When the radiant barrier is properly insulated, the surface temperature is transferred much more slowly. If given enough time, it will eventually pass into the attic. Air does not convey heat effectively by conduction, therefore it is a good insulator.
The one inch of airspace combined with the one-inch thick polystyrene will stop any measurable heat from entering the attic by conduction. One of the best ways to demonstrate the effectiveness of polystyrene's ability to stop conduction of heat is to compare the temperature of coffee in a metal cup against coffee in a foam cup...you can "feel" the difference.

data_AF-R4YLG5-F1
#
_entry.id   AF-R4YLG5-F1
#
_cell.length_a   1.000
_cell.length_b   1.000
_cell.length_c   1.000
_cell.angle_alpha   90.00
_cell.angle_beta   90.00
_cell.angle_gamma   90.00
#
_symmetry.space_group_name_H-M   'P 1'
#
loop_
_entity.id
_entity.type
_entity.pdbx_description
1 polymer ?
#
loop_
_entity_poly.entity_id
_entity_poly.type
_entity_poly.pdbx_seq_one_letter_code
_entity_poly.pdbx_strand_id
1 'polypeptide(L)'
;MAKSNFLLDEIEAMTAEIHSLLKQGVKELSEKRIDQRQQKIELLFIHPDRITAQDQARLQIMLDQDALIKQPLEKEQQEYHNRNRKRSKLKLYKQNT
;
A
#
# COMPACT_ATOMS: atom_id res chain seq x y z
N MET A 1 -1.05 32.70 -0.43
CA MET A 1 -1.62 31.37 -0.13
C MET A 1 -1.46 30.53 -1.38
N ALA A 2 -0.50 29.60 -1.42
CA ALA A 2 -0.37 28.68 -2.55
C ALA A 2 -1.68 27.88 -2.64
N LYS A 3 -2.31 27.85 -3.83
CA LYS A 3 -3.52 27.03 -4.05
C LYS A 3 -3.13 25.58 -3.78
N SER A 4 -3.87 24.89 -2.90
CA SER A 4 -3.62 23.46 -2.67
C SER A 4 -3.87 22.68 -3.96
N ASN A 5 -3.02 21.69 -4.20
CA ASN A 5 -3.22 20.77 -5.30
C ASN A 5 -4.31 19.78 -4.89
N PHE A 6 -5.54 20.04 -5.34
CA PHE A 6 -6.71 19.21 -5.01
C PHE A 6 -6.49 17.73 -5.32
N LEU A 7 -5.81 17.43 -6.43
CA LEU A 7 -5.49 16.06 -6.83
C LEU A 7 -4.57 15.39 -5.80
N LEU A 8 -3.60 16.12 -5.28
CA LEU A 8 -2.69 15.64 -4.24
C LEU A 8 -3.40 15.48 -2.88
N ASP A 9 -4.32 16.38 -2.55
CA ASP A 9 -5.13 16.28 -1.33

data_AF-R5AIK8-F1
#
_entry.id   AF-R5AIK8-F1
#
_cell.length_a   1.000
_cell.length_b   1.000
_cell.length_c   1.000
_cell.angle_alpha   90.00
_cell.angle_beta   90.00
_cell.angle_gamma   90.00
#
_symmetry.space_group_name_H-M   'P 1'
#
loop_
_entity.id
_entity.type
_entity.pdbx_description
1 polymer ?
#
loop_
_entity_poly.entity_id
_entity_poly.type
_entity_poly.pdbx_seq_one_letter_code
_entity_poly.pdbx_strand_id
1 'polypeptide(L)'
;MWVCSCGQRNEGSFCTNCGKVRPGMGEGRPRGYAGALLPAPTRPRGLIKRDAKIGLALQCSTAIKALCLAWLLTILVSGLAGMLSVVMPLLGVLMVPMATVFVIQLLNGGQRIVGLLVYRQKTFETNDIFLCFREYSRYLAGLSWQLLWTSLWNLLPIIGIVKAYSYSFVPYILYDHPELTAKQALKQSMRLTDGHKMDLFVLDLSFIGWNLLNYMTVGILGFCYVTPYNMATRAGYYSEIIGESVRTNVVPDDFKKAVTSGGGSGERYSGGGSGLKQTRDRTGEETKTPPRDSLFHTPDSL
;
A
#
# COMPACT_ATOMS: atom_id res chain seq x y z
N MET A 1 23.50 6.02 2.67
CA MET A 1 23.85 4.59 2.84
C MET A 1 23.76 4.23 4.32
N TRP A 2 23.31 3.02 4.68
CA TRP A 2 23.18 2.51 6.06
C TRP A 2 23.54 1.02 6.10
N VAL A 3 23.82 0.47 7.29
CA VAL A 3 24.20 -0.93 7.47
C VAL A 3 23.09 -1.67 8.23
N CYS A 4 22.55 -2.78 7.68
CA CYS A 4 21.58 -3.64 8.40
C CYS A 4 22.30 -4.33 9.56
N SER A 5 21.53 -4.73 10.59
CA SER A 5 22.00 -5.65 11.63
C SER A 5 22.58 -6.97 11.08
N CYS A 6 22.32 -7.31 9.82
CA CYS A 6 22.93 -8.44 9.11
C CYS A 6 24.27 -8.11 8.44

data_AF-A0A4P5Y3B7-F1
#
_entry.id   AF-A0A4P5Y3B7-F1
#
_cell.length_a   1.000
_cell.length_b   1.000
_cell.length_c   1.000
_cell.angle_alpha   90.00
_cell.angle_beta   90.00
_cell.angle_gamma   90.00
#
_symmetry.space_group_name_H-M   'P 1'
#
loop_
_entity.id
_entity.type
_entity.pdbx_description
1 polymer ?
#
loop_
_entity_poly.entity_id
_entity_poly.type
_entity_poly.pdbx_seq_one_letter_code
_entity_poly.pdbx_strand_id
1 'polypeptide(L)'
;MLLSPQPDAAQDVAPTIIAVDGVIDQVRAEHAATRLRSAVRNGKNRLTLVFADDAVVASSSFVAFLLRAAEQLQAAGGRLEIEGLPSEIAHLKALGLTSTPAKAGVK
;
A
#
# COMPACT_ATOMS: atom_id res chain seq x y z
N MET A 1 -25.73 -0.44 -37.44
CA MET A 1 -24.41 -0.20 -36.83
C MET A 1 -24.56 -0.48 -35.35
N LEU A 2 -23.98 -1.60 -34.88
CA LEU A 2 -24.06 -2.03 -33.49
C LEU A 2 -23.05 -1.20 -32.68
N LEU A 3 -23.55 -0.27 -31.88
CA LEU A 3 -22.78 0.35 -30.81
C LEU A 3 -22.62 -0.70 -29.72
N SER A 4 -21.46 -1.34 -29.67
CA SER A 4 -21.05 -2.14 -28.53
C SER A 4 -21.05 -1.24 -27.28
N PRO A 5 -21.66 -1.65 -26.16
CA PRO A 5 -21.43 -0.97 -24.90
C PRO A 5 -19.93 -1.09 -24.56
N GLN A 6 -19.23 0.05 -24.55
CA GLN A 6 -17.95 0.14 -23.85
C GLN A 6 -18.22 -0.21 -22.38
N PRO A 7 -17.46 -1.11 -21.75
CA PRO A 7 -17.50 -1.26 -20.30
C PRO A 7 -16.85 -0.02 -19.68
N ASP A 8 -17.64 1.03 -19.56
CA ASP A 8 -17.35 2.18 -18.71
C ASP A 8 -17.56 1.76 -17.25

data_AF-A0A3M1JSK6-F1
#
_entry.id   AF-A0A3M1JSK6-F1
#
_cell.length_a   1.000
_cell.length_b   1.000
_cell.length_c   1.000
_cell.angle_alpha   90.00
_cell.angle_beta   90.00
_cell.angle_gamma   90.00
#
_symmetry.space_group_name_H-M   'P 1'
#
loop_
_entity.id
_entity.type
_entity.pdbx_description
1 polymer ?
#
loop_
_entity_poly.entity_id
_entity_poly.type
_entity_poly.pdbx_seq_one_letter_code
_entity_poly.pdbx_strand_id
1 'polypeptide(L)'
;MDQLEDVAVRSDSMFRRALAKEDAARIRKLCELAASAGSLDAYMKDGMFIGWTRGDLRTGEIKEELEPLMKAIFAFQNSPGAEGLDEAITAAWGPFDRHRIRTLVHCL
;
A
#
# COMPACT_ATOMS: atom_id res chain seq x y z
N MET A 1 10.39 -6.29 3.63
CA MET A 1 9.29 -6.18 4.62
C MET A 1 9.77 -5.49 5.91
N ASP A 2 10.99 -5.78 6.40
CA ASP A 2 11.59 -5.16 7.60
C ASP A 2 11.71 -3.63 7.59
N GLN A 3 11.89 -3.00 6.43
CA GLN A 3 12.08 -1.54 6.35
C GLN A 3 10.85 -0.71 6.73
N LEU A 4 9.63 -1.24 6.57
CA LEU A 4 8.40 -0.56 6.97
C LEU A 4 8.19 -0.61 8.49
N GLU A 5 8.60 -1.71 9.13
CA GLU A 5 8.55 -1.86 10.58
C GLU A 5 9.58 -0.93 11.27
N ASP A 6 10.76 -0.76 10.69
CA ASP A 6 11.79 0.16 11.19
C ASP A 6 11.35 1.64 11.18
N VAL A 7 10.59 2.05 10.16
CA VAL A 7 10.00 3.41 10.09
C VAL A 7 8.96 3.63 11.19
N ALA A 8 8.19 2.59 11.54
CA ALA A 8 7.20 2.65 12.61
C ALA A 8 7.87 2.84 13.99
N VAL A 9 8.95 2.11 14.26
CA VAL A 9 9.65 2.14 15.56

When the radiant barrier is properly insulated and ventilated, the surface temperature will not have time to heat up the attic. The heat naturally moves upward through a vented ridge system, effectively moving up and out before it can reach the attic. Ventilation is all about proper location. The location of the soffit vents make a way for air to flow up and out of the roofing ridge vent instead of entering your attic. By adding extra soffit vents, and with the help of the ThermaDeck design, air is allowed to pass in and through a one-inch gap between the decking and the polystyrene foam backing. This increases the flow of hot air transferred from the sun's radiant heat out of the roofing ridge vent. Because heat naturally rises, with these holes in the proper place (within the 1" area), the air that enters into the soffit vent will go straight through the holes to travel up and out of your roof (by convection) without actually having to come into the attic space. With traditional attic design, air was allowed to enter the attic. Although it certainly helped by moving air throughout your attic, something was just missing. Billy couldn't accept the fact that the air had to enter the attic. He put his focus on keeping the air outside where it belongs.